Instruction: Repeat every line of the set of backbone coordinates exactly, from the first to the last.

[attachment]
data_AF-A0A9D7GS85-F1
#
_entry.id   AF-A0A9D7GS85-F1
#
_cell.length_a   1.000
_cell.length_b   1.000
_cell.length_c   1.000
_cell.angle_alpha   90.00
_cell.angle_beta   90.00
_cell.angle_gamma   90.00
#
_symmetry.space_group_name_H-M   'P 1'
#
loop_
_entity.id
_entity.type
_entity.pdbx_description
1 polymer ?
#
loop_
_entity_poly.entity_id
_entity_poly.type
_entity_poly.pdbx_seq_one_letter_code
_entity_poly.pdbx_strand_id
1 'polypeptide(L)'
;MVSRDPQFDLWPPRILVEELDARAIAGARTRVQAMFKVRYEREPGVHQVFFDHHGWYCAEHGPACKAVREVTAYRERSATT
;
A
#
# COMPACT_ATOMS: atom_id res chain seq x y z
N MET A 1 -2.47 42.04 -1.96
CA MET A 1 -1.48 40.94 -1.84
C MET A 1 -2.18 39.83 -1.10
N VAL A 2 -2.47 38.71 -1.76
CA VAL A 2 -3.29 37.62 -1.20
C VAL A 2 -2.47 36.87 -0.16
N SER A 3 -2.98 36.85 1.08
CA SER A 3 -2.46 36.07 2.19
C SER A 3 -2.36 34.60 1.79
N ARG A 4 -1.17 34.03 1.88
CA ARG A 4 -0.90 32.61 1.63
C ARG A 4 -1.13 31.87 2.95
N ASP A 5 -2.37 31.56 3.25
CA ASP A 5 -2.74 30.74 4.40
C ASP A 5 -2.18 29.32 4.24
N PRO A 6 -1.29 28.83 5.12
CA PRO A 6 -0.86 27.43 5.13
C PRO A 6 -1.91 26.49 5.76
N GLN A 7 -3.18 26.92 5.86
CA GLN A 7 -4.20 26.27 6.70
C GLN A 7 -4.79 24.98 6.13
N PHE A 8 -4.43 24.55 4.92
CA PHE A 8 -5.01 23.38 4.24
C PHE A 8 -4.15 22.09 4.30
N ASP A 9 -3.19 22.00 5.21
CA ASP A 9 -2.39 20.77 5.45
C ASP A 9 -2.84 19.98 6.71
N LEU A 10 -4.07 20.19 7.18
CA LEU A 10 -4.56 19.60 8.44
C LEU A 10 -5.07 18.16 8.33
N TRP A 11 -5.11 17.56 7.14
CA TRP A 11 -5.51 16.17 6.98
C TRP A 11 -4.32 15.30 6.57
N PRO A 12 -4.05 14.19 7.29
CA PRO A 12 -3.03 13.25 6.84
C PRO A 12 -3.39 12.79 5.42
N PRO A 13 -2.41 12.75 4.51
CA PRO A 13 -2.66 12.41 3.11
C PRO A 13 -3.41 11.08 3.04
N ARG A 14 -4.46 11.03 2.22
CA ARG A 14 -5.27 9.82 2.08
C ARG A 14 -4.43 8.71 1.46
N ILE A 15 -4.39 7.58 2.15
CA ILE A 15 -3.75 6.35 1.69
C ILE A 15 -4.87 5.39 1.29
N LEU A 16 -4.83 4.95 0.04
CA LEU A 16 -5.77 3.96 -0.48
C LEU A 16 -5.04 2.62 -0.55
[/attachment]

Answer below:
data_AF-A0A9D7GS85-F1
#
_entry.id   AF-A0A9D7GS85-F1
#
_cell.length_a   1.000
_cell.length_b   1.000
_cell.length_c   1.000
_cell.angle_alpha   90.00
_cell.angle_beta   90.00
_cell.angle_gamma   90.00
#
_symmetry.space_group_name_H-M   'P 1'
#
loop_
_entity.id
_entity.type
_entity.pdbx_description
1 polymer ?
#
loop_
_entity_poly.entity_id
_entity_poly.type
_entity_poly.pdbx_seq_one_letter_code
_entity_poly.pdbx_strand_id
1 'polypeptide(L)'
;MVSRDPQFDLWPPRILVEELDARAIAGARTRVQAMFKVRYEREPGVHQVFFDHHGWYCAEHGPACKAVREVTAYRERSATT
;
A
#
# COMPACT_ATOMS: atom_id res chain seq x y z
N MET A 1 -2.47 42.04 -1.96
CA MET A 1 -1.48 40.94 -1.84
C MET A 1 -2.18 39.83 -1.10
N VAL A 2 -2.47 38.71 -1.76
CA VAL A 2 -3.29 37.62 -1.20
C VAL A 2 -2.47 36.87 -0.16
N SER A 3 -2.98 36.85 1.08
CA SER A 3 -2.46 36.07 2.19
C SER A 3 -2.36 34.60 1.79
N ARG A 4 -1.17 34.03 1.88
CA ARG A 4 -0.90 32.61 1.63
C ARG A 4 -1.13 31.87 2.95
N ASP A 5 -2.37 31.56 3.25
CA ASP A 5 -2.74 30.74 4.40
C ASP A 5 -2.18 29.32 4.24
N PRO A 6 -1.29 28.83 5.12
CA PRO A 6 -0.86 27.43 5.13
C PRO A 6 -1.91 26.49 5.76
N GLN A 7 -3.18 26.92 5.86
CA GLN A 7 -4.20 26.27 6.70
C GLN A 7 -4.79 24.98 6.13
N PHE A 8 -4.43 24.55 4.92
CA PHE A 8 -5.01 23.38 4.24
C PHE A 8 -4.15 22.09 4.30
N ASP A 9 -3.19 22.00 5.21
CA ASP A 9 -2.39 20.77 5.45
C ASP A 9 -2.84 19.98 6.71
N LEU A 10 -4.07 20.19 7.18
CA LEU A 10 -4.56 19.60 8.44
C LEU A 10 -5.07 18.16 8.33
N TRP A 11 -5.11 17.56 7.14
CA TRP A 11 -5.51 16.17 6.98
C TRP A 11 -4.32 15.30 6.57
N PRO A 12 -4.05 14.19 7.29
CA PRO A 12 -3.03 13.25 6.84
C PRO A 12 -3.39 12.79 5.42
N PRO A 13 -2.41 12.75 4.51
CA PRO A 13 -2.66 12.41 3.11
C PRO A 13 -3.41 11.08 3.04
N ARG A 14 -4.46 11.03 2.22
CA ARG A 14 -5.27 9.82 2.08
C ARG A 14 -4.43 8.71 1.46
N ILE A 15 -4.39 7.58 2.15
CA ILE A 15 -3.75 6.35 1.69
C ILE A 15 -4.87 5.39 1.29
N LEU A 16 -4.83 4.95 0.04
CA LEU A 16 -5.77 3.96 -0.48
C LEU A 16 -5.04 2.62 -0.55